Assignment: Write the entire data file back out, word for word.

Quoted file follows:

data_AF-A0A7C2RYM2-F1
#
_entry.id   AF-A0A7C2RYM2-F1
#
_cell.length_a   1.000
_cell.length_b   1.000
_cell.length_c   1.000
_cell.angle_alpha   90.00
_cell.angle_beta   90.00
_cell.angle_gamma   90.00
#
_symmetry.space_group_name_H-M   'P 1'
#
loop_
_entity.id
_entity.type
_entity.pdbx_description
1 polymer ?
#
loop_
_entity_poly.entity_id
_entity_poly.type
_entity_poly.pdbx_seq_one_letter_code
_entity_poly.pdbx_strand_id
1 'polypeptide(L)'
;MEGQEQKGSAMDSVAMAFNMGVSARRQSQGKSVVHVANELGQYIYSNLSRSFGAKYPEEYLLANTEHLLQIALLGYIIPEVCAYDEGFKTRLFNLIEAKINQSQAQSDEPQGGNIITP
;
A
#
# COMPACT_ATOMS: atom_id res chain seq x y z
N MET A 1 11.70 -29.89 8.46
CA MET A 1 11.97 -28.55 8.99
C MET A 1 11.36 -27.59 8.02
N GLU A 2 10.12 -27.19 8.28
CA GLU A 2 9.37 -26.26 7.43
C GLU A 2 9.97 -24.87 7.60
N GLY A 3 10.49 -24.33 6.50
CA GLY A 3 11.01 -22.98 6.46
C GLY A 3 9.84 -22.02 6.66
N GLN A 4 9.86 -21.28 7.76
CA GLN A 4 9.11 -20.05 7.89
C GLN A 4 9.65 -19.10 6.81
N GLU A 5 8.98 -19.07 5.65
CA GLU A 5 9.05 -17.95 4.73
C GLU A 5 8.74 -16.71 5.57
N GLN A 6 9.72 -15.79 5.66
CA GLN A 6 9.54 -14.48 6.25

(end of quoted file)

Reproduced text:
data_AF-A0A7C2RYM2-F1
#
_entry.id   AF-A0A7C2RYM2-F1
#
_cell.length_a   1.000
_cell.length_b   1.000
_cell.length_c   1.000
_cell.angle_alpha   90.00
_cell.angle_beta   90.00
_cell.angle_gamma   90.00
#
_symmetry.space_group_name_H-M   'P 1'
#
loop_
_entity.id
_entity.type
_entity.pdbx_description
1 polymer ?
#
loop_
_entity_poly.entity_id
_entity_poly.type
_entity_poly.pdbx_seq_one_letter_code
_entity_poly.pdbx_strand_id
1 'polypeptide(L)'
;MEGQEQKGSAMDSVAMAFNMGVSARRQSQGKSVVHVANELGQYIYSNLSRSFGAKYPEEYLLANTEHLLQIALLGYIIPEVCAYDEGFKTRLFNLIEAKINQSQAQSDEPQGGNIITP
;
A
#
# COMPACT_ATOMS: atom_id res chain seq x y z
N MET A 1 11.70 -29.89 8.46
CA MET A 1 11.97 -28.55 8.99
C MET A 1 11.36 -27.59 8.02
N GLU A 2 10.12 -27.19 8.28
CA GLU A 2 9.37 -26.26 7.43
C GLU A 2 9.97 -24.87 7.60
N GLY A 3 10.49 -24.33 6.50
CA GLY A 3 11.01 -22.98 6.46
C GLY A 3 9.84 -22.02 6.66
N GLN A 4 9.86 -21.28 7.76
CA GLN A 4 9.11 -20.05 7.89
C GLN A 4 9.65 -19.10 6.81
N GLU A 5 8.98 -19.07 5.65
CA GLU A 5 9.05 -17.95 4.73
C GLU A 5 8.74 -16.71 5.57
N GLN A 6 9.72 -15.79 5.66
CA GLN A 6 9.54 -14.48 6.25